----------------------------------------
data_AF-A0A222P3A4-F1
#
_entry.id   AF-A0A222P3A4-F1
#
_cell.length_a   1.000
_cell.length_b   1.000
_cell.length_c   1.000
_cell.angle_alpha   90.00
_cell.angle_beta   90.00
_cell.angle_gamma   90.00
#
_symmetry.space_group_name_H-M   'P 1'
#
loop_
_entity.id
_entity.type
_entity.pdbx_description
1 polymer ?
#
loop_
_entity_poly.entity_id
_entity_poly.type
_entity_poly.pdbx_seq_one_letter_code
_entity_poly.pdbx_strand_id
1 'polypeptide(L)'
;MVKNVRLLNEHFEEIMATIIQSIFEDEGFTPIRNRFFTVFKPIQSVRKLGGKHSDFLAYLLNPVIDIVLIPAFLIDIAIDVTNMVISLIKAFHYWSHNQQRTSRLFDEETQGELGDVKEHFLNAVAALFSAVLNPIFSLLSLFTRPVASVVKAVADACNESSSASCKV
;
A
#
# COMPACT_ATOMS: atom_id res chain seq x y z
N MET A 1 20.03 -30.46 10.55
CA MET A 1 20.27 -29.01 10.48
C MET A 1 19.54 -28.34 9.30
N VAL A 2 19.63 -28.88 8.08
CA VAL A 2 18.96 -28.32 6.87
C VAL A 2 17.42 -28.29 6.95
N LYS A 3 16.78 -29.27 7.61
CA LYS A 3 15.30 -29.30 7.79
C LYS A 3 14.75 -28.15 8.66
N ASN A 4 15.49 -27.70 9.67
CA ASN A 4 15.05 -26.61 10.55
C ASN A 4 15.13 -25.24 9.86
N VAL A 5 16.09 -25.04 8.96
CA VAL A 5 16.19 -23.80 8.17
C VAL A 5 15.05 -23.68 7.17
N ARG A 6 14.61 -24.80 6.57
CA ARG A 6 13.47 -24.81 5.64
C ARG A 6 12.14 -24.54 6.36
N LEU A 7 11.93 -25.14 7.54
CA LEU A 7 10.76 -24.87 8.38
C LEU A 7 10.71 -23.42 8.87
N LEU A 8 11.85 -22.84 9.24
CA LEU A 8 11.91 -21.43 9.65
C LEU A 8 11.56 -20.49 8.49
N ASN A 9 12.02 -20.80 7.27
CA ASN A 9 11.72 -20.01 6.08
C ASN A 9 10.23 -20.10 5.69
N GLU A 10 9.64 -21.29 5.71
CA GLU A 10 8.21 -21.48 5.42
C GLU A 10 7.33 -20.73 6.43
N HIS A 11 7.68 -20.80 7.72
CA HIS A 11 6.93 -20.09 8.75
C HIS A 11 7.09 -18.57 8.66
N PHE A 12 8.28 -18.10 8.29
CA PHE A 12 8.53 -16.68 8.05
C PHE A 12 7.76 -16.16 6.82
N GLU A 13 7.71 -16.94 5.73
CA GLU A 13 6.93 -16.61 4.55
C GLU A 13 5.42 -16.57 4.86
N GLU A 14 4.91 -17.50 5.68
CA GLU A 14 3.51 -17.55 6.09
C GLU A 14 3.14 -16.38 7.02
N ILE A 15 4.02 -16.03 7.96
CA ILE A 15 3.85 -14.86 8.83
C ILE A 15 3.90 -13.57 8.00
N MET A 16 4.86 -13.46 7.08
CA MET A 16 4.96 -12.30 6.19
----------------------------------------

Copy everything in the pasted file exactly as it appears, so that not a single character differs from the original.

data_AF-A0A222P3A4-F1
#
_entry.id   AF-A0A222P3A4-F1
#
_cell.length_a   1.000
_cell.length_b   1.000
_cell.length_c   1.000
_cell.angle_alpha   90.00
_cell.angle_beta   90.00
_cell.angle_gamma   90.00
#
_symmetry.space_group_name_H-M   'P 1'
#
loop_
_entity.id
_entity.type
_entity.pdbx_description
1 polymer ?
#
loop_
_entity_poly.entity_id
_entity_poly.type
_entity_poly.pdbx_seq_one_letter_code
_entity_poly.pdbx_strand_id
1 'polypeptide(L)'
;MVKNVRLLNEHFEEIMATIIQSIFEDEGFTPIRNRFFTVFKPIQSVRKLGGKHSDFLAYLLNPVIDIVLIPAFLIDIAIDVTNMVISLIKAFHYWSHNQQRTSRLFDEETQGELGDVKEHFLNAVAALFSAVLNPIFSLLSLFTRPVASVVKAVADACNESSSASCKV
;
A
#
# COMPACT_ATOMS: atom_id res chain seq x y z
N MET A 1 20.03 -30.46 10.55
CA MET A 1 20.27 -29.01 10.48
C MET A 1 19.54 -28.34 9.30
N VAL A 2 19.63 -28.88 8.08
CA VAL A 2 18.96 -28.32 6.87
C VAL A 2 17.42 -28.29 6.95
N LYS A 3 16.78 -29.27 7.61
CA LYS A 3 15.30 -29.30 7.79
C LYS A 3 14.75 -28.15 8.66
N ASN A 4 15.49 -27.70 9.67
CA ASN A 4 15.05 -26.61 10.55
C ASN A 4 15.13 -25.24 9.86
N VAL A 5 16.09 -25.04 8.96
CA VAL A 5 16.19 -23.80 8.17
C VAL A 5 15.05 -23.68 7.17
N ARG A 6 14.61 -24.80 6.57
CA ARG A 6 13.47 -24.81 5.64
C ARG A 6 12.14 -24.54 6.36
N LEU A 7 11.93 -25.14 7.54
CA LEU A 7 10.76 -24.87 8.38
C LEU A 7 10.71 -23.42 8.87
N LEU A 8 11.85 -22.84 9.24
CA LEU A 8 11.91 -21.43 9.65
C LEU A 8 11.56 -20.49 8.49
N ASN A 9 12.02 -20.80 7.27
CA ASN A 9 11.72 -20.01 6.08
C ASN A 9 10.23 -20.10 5.69
N GLU A 10 9.64 -21.29 5.71
CA GLU A 10 8.21 -21.48 5.42
C GLU A 10 7.33 -20.73 6.43
N HIS A 11 7.68 -20.80 7.72
CA HIS A 11 6.93 -20.09 8.75
C HIS A 11 7.09 -18.57 8.66
N PHE A 12 8.28 -18.10 8.29
CA PHE A 12 8.53 -16.68 8.05
C PHE A 12 7.76 -16.16 6.82
N GLU A 13 7.71 -16.94 5.73
CA GLU A 13 6.93 -16.61 4.55
C GLU A 13 5.42 -16.57 4.86
N GLU A 14 4.91 -17.50 5.68
CA GLU A 14 3.51 -17.55 6.09
C GLU A 14 3.14 -16.38 7.02
N ILE A 15 4.02 -16.03 7.96
CA ILE A 15 3.85 -14.86 8.83
C ILE A 15 3.90 -13.57 8.00
N MET A 16 4.86 -13.46 7.08
CA MET A 16 4.96 -12.30 6.19